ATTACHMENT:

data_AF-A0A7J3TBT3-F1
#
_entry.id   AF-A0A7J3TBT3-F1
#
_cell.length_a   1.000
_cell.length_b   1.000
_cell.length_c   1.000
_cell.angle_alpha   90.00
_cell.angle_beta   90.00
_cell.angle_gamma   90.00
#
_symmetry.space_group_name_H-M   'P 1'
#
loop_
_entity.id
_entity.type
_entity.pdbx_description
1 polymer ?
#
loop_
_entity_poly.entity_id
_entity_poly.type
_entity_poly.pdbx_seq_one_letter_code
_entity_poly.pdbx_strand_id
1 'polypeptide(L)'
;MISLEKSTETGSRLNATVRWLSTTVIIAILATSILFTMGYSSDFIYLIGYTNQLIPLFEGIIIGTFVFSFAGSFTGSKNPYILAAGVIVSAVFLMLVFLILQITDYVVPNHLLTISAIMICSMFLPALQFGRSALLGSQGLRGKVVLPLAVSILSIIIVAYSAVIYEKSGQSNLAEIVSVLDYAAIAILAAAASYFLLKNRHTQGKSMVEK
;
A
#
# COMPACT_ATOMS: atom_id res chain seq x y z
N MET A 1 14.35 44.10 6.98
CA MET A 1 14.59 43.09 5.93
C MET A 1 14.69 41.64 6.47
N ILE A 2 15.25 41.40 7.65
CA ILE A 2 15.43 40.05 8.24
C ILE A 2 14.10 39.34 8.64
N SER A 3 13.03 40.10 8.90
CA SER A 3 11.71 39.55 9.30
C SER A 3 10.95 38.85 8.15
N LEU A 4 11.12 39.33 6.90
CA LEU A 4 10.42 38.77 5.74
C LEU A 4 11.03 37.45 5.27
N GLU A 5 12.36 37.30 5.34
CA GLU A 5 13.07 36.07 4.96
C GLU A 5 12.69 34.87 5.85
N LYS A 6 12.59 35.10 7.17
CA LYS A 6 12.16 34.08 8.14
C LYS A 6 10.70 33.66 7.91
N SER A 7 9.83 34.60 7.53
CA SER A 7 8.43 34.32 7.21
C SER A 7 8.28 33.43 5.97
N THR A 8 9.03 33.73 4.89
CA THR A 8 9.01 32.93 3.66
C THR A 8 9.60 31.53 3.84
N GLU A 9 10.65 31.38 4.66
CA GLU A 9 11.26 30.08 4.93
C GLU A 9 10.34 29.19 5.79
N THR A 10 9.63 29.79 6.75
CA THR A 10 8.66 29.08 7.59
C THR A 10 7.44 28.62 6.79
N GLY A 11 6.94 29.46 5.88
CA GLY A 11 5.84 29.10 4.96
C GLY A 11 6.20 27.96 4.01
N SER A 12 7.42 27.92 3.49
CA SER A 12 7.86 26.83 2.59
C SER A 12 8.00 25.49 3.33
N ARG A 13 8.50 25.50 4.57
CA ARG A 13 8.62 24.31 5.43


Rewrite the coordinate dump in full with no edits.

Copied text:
data_AF-A0A7J3TBT3-F1
#
_entry.id   AF-A0A7J3TBT3-F1
#
_cell.length_a   1.000
_cell.length_b   1.000
_cell.length_c   1.000
_cell.angle_alpha   90.00
_cell.angle_beta   90.00
_cell.angle_gamma   90.00
#
_symmetry.space_group_name_H-M   'P 1'
#
loop_
_entity.id
_entity.type
_entity.pdbx_description
1 polymer ?
#
loop_
_entity_poly.entity_id
_entity_poly.type
_entity_poly.pdbx_seq_one_letter_code
_entity_poly.pdbx_strand_id
1 'polypeptide(L)'
;MISLEKSTETGSRLNATVRWLSTTVIIAILATSILFTMGYSSDFIYLIGYTNQLIPLFEGIIIGTFVFSFAGSFTGSKNPYILAAGVIVSAVFLMLVFLILQITDYVVPNHLLTISAIMICSMFLPALQFGRSALLGSQGLRGKVVLPLAVSILSIIIVAYSAVIYEKSGQSNLAEIVSVLDYAAIAILAAAASYFLLKNRHTQGKSMVEK
;
A
#
# COMPACT_ATOMS: atom_id res chain seq x y z
N MET A 1 14.35 44.10 6.98
CA MET A 1 14.59 43.09 5.93
C MET A 1 14.69 41.64 6.47
N ILE A 2 15.25 41.40 7.65
CA ILE A 2 15.43 40.05 8.24
C ILE A 2 14.10 39.34 8.64
N SER A 3 13.03 40.10 8.90
CA SER A 3 11.71 39.55 9.30
C SER A 3 10.95 38.85 8.15
N LEU A 4 11.12 39.33 6.90
CA LEU A 4 10.42 38.77 5.74
C LEU A 4 11.03 37.45 5.27
N GLU A 5 12.36 37.30 5.34
CA GLU A 5 13.07 36.07 4.96
C GLU A 5 12.69 34.87 5.85
N LYS A 6 12.59 35.10 7.17
CA LYS A 6 12.16 34.08 8.14
C LYS A 6 10.70 33.66 7.91
N SER A 7 9.83 34.60 7.53
CA SER A 7 8.43 34.32 7.21
C SER A 7 8.28 33.43 5.97
N THR A 8 9.03 33.73 4.89
CA THR A 8 9.01 32.93 3.66
C THR A 8 9.60 31.53 3.84
N GLU A 9 10.65 31.38 4.66
CA GLU A 9 11.26 30.08 4.93
C GLU A 9 10.34 29.19 5.79
N THR A 10 9.63 29.79 6.75
CA THR A 10 8.66 29.08 7.59
C THR A 10 7.44 28.62 6.79
N GLY A 11 6.94 29.46 5.88
CA GLY A 11 5.84 29.10 4.96
C GLY A 11 6.20 27.96 4.01
N SER A 12 7.42 27.92 3.49
CA SER A 12 7.86 26.83 2.59
C SER A 12 8.00 25.49 3.33
N ARG A 13 8.50 25.50 4.57
CA ARG A 13 8.62 24.31 5.43